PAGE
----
THROUGH NOVEMBER 22, 2020
A TIMELY EXHIBITION OF CONTEMPORARY ART
FROM THE COLLECTION OF
HEDY FISCHER + RANDY SHULL
22 LONDON RD, ASHEVILLE, NC 28803
OCTOBER 29–NOVEMBER 22, 2020
RESERVATIONS AND MASKS REQUIRED
High Anxiety, an exhibition of contemporary art from the Collection of Hedy Fischer and Randy Shull examines our unstable times through a multiplicity of artistic positions and voices. High Anxiety brings new perspectives to bear on themes such as identity, race, forced migration, politics, technology, pandemics and corporate culture.
The exhibition presents a number of international artists, whose work speaks directly to our anxiety-ridden times. Hailing from countries as diverse as Iran, South Africa, Canada, Colombia, Mexico, Jamaica and the United States, the artists work from their own stories and experiences, examining current and timeless issues through a universal yet highly personal lens.
The twenty-one artists in High Anxiety have responded to this angst and channeled it into the sculptures, paintings, photographs, and videos that reflect the tension humming in the background in all our lives. Colombian artist Mateo Lopez borrows a font designed by Josef Albers to spell out and abstract the word “Truth”, garbling it beyond recognition in his hybrid painting. Trenton Doyle Hancock reminds us all of the persistent lies we are being told by our leadership in his massive painting Bad Promise, as the truth slips through the giant, extended hand. Heightened by our accelerated digital existence, the scope and detail of our anxiety has reached new proportions around the globe. Nari Ward channels the powerful forces at work in the Black Lives Matter movement with his large-scale clenched fist fashioned out of shoelaces and Rashid Johnson shows us what he feels like to be a Black man living in the United States.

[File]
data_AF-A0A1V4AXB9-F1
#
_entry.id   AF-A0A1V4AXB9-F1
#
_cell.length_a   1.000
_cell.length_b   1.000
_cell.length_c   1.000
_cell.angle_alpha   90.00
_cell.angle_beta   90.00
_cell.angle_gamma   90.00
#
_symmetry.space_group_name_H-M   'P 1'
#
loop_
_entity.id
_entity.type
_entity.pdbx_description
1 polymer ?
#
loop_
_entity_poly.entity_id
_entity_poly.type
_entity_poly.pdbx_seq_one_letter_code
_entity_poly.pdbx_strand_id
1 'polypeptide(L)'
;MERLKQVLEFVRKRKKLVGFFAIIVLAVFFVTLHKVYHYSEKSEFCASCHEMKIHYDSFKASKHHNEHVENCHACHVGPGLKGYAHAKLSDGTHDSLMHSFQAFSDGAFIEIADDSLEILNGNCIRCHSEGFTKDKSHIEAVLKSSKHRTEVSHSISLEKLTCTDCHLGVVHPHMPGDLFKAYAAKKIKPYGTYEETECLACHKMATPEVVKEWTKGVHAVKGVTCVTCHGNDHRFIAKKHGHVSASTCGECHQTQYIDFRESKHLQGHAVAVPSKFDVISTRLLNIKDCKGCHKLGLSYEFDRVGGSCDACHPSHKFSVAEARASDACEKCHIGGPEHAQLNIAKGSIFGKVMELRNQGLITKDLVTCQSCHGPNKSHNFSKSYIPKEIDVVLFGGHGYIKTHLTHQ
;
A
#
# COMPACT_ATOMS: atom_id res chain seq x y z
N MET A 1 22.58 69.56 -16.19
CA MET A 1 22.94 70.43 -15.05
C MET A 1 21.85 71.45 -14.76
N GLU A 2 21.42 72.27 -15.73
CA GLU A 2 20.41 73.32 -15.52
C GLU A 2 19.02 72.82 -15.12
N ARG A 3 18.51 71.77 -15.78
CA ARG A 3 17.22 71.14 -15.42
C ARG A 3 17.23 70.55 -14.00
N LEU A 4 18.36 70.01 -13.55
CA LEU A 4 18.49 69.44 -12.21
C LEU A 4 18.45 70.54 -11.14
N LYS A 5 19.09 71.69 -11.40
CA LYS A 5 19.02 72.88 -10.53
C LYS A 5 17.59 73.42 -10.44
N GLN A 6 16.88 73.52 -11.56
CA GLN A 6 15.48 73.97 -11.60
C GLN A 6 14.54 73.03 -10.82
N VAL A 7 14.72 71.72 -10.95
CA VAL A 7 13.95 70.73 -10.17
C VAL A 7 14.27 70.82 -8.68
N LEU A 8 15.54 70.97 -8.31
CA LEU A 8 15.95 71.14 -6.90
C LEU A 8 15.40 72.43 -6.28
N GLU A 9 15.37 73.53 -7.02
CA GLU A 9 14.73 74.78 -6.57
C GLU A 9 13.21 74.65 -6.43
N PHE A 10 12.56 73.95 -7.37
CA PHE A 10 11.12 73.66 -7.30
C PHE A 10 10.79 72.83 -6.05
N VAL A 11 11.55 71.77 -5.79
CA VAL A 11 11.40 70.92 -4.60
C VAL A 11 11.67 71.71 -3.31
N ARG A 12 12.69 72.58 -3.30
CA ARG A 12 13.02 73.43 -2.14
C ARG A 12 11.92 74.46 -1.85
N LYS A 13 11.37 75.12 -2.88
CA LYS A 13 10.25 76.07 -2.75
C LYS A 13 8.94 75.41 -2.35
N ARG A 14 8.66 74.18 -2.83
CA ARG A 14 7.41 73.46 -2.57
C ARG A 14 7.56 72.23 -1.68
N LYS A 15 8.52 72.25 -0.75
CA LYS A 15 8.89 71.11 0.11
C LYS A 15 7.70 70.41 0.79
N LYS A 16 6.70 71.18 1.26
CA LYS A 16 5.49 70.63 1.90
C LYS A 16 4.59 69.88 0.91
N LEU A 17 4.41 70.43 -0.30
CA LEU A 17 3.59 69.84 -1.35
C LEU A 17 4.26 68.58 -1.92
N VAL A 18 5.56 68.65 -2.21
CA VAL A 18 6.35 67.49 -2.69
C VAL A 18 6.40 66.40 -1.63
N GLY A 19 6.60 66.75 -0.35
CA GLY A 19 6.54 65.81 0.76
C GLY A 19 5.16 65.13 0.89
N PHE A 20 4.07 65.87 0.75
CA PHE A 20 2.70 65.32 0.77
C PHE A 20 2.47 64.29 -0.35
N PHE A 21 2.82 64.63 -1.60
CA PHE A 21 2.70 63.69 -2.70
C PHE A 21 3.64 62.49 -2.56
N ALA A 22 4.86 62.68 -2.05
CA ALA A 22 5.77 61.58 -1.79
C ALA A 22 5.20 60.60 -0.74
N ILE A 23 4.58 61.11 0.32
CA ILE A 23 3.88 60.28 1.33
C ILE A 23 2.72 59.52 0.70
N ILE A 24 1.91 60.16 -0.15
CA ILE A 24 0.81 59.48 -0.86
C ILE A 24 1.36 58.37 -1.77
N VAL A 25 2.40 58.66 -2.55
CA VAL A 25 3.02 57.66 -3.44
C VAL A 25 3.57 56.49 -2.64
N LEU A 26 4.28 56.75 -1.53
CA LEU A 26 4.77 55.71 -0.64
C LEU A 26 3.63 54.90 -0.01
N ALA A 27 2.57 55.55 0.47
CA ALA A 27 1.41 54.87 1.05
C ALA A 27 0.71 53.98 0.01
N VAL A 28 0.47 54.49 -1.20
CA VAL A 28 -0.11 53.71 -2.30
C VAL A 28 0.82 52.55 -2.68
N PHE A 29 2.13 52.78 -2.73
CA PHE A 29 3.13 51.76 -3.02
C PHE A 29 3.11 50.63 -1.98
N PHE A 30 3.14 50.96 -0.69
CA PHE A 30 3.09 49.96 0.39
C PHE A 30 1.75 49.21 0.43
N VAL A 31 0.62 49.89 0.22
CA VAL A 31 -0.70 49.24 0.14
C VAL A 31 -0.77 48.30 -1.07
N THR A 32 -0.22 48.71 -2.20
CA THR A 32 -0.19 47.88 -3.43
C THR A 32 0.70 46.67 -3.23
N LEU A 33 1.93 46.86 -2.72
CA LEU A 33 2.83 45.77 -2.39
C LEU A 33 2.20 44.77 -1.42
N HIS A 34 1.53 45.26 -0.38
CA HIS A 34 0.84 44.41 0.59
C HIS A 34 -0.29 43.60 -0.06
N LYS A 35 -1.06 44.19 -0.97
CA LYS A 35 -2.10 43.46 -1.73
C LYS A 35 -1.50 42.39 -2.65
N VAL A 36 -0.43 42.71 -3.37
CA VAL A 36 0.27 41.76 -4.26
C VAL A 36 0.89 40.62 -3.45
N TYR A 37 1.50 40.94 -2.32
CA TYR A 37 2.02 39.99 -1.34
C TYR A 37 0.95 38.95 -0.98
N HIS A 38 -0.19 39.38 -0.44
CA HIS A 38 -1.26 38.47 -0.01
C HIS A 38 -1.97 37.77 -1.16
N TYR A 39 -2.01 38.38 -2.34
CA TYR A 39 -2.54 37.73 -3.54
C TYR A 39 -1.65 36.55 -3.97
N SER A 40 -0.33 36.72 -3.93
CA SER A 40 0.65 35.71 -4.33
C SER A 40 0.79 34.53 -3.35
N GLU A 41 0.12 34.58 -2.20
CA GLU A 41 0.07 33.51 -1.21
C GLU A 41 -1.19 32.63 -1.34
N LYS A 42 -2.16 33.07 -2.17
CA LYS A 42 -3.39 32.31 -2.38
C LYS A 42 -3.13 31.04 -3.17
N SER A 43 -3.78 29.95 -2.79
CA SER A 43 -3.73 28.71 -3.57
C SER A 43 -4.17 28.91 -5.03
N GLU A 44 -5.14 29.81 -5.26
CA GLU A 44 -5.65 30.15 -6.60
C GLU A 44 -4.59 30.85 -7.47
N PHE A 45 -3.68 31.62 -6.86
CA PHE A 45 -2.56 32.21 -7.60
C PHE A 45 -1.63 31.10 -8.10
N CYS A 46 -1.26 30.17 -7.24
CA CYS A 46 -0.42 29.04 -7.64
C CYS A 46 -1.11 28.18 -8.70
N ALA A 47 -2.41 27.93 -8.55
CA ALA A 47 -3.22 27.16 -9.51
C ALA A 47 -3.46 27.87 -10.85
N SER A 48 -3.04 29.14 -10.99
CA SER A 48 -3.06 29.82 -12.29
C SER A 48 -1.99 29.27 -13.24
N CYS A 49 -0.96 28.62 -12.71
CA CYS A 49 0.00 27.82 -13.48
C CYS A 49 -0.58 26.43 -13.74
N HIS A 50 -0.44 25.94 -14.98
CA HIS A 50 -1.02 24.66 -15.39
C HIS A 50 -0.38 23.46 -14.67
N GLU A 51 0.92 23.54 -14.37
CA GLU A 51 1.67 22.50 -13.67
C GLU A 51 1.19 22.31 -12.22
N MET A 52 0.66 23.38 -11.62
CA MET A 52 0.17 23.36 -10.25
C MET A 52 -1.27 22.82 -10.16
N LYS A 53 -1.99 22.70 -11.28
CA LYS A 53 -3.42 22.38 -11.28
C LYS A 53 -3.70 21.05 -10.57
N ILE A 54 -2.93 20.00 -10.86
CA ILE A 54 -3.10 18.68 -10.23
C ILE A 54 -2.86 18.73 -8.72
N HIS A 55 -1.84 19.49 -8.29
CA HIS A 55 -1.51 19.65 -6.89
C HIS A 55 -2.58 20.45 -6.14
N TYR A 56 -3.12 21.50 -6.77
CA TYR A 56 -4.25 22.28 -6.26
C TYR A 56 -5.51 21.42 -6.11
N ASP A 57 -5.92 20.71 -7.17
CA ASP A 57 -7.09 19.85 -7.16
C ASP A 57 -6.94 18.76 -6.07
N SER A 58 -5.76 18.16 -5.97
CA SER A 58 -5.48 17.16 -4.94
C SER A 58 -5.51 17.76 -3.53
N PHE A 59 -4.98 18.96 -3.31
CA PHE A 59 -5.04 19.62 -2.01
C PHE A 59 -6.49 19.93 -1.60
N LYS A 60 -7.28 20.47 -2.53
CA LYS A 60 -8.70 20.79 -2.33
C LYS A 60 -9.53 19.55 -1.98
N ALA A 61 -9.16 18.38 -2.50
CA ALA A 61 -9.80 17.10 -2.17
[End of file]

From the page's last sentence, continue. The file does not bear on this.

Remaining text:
As we write this, a global pandemic caused by the novel coronavirus is causing anxiety world-wide with people not able to go to work, to school, to the gym, to restaurants or to any gatherings. People are either voluntarily or legally self-isolating. Amanda Ross-Ho’s blue glove comments on both her studio practice and reminds us of our need for hygiene. Mexican photographer Yolanda Andrade captures all of us mirrored in life as in death, a reality that seems more impending than ever before.
Hedy Fischer + Randy Shull